Atletico Madrid have become known as one of the sides around Europe most capable of challenging for major honours each season and for having extremely capable players, with a style of play immediately identifiable.
They are tough to beat, are difficult for opposing attacks to break down and like to play on the counter. They are also equally able to play in possession and create chances when dominating games against inferior opposition due to their impressive attackers.
It is their defence, however, that their success is built on, with Diego "Cholo" Simeone leading his club to multiple trophies over the last few seasons as a result of the solid foundations in place and continuity in style, as well as the personnel he has managed to procure and develop.
Atletico's main formation of choice is a simple 4-4-2. They alter it in-game on occasion to suit the opposition—they have used both 4-3-3 and a flatter 4-5-1 to stop attack-minded sides playing through the middle—but for the most part, a narrow midfield quartet sits in place, and the front two very much play as a pair.
Out of possession, it's easy to identify the roles and zones of the pitch each player and each line occupies, since Simeone's entire squad is worked ceaselessly on their responsibilities in each position they may occupy.
Koke might play anywhere across the midfield line, Angel Correa might feature up front or from the flank and Saul Niguez has played at least five roles over the last 14 months or so, but each know exactly where they need to fill gaps, how deep to drop and when to rotate into a new position for a team-mate.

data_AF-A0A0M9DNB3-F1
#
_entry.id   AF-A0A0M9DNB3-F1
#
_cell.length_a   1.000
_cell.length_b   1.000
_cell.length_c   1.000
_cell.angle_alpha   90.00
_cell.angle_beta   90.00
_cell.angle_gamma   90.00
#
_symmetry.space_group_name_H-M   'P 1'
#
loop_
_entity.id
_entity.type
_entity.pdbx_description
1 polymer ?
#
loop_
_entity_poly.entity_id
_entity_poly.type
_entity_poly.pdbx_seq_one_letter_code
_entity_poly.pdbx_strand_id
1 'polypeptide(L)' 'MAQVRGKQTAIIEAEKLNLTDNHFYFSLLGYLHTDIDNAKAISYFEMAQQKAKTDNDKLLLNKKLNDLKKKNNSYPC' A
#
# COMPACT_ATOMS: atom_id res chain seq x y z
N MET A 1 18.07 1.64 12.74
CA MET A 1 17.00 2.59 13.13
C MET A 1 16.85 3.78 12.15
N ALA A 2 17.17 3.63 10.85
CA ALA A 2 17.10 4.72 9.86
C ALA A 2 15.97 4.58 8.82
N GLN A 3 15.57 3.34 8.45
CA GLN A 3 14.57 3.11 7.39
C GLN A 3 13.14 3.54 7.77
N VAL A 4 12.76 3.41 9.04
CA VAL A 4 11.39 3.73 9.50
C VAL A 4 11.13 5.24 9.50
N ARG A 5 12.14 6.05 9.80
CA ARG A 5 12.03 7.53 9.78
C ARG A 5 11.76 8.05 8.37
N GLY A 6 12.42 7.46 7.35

With the hard work, constant movement and game intelligence that Simeone demands of and instils in his players, the two banks of four—often with one of the two strikers dropping deeper to support and pick up cleared balls, too—become extremely tough to break down.
Atletico are confident in their own ability to defend constantly when required, so dropping deep—to the edge of their own box for long spells—isn't a problem, as long as they have pace somewhere in the four most attack-minded positions to break out quickly.
The central midfielders in front of the defence will patrol, close down, challenge and force backwards, leaving the defence behind them to clear any lofted deliveries into the area.
Diego Godin is, by now, synonymous with both Atletico as a club and also with any conversation about the game's finest centre-backs.
The Uruguayan defender has been at the club since 2010, a year before Simeone arrived, and has won just shy of a century of caps for his national team.